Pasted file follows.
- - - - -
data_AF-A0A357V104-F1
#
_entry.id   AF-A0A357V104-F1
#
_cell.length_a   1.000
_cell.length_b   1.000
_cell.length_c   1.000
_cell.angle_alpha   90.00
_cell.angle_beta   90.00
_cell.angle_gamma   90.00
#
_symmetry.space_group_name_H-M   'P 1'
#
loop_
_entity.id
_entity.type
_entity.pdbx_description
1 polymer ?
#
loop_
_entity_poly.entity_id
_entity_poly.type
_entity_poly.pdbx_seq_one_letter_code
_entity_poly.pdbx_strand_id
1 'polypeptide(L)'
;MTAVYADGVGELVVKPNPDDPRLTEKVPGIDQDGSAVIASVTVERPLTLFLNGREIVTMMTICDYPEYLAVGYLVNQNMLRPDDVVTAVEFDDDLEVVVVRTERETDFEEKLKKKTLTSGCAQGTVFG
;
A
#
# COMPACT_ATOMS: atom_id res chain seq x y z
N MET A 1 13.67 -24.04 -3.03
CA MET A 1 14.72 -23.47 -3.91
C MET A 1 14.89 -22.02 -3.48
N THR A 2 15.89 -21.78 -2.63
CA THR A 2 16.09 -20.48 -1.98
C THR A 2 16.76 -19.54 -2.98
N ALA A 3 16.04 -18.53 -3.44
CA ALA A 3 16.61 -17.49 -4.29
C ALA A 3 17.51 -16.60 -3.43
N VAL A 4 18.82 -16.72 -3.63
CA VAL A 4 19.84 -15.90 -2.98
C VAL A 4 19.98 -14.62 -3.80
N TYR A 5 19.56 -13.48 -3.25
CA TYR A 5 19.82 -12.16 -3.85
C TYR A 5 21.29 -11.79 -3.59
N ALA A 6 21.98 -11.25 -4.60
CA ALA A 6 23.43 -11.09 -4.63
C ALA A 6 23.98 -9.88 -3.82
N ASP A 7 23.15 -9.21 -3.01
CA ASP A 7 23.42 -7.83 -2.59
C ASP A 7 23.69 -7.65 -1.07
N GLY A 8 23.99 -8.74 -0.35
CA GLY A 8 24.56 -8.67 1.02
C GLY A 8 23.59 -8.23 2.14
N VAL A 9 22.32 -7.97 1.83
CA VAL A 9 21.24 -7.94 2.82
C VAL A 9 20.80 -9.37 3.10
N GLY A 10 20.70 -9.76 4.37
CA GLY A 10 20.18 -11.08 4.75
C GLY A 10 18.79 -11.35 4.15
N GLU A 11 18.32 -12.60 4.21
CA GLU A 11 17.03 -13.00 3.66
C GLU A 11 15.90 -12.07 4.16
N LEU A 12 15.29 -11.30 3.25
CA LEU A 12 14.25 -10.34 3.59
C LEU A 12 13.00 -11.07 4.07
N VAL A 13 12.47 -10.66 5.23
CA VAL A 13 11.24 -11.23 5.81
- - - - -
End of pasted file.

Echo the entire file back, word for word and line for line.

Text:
data_AF-A0A357V104-F1
#
_entry.id   AF-A0A357V104-F1
#
_cell.length_a   1.000
_cell.length_b   1.000
_cell.length_c   1.000
_cell.angle_alpha   90.00
_cell.angle_beta   90.00
_cell.angle_gamma   90.00
#
_symmetry.space_group_name_H-M   'P 1'
#
loop_
_entity.id
_entity.type
_entity.pdbx_description
1 polymer ?
#
loop_
_entity_poly.entity_id
_entity_poly.type
_entity_poly.pdbx_seq_one_letter_code
_entity_poly.pdbx_strand_id
1 'polypeptide(L)'
;MTAVYADGVGELVVKPNPDDPRLTEKVPGIDQDGSAVIASVTVERPLTLFLNGREIVTMMTICDYPEYLAVGYLVNQNMLRPDDVVTAVEFDDDLEVVVVRTERETDFEEKLKKKTLTSGCAQGTVFG
;
A
#
# COMPACT_ATOMS: atom_id res chain seq x y z
N MET A 1 13.67 -24.04 -3.03
CA MET A 1 14.72 -23.47 -3.91
C MET A 1 14.89 -22.02 -3.48
N THR A 2 15.89 -21.78 -2.63
CA THR A 2 16.09 -20.48 -1.98
C THR A 2 16.76 -19.54 -2.98
N ALA A 3 16.04 -18.53 -3.44
CA ALA A 3 16.61 -17.49 -4.29
C ALA A 3 17.51 -16.60 -3.43
N VAL A 4 18.82 -16.72 -3.63
CA VAL A 4 19.84 -15.90 -2.98
C VAL A 4 19.98 -14.62 -3.80
N TYR A 5 19.56 -13.48 -3.25
CA TYR A 5 19.82 -12.16 -3.85
C TYR A 5 21.29 -11.79 -3.59
N ALA A 6 21.98 -11.25 -4.60
CA ALA A 6 23.43 -11.09 -4.63
C ALA A 6 23.98 -9.88 -3.82
N ASP A 7 23.15 -9.21 -3.01
CA ASP A 7 23.42 -7.83 -2.59
C ASP A 7 23.69 -7.65 -1.07
N GLY A 8 23.99 -8.74 -0.35
CA GLY A 8 24.56 -8.67 1.02
C GLY A 8 23.59 -8.23 2.14
N VAL A 9 22.32 -7.97 1.83
CA VAL A 9 21.24 -7.94 2.82
C VAL A 9 20.80 -9.37 3.10
N GLY A 10 20.70 -9.76 4.37
CA GLY A 10 20.18 -11.08 4.75
C GLY A 10 18.79 -11.35 4.15
N GLU A 11 18.32 -12.60 4.21
CA GLU A 11 17.03 -13.00 3.66
C GLU A 11 15.90 -12.07 4.16
N LEU A 12 15.29 -11.30 3.25
CA LEU A 12 14.25 -10.34 3.59
C LEU A 12 13.00 -11.07 4.07
N VAL A 13 12.47 -10.66 5.23
CA VAL A 13 11.24 -11.23 5.81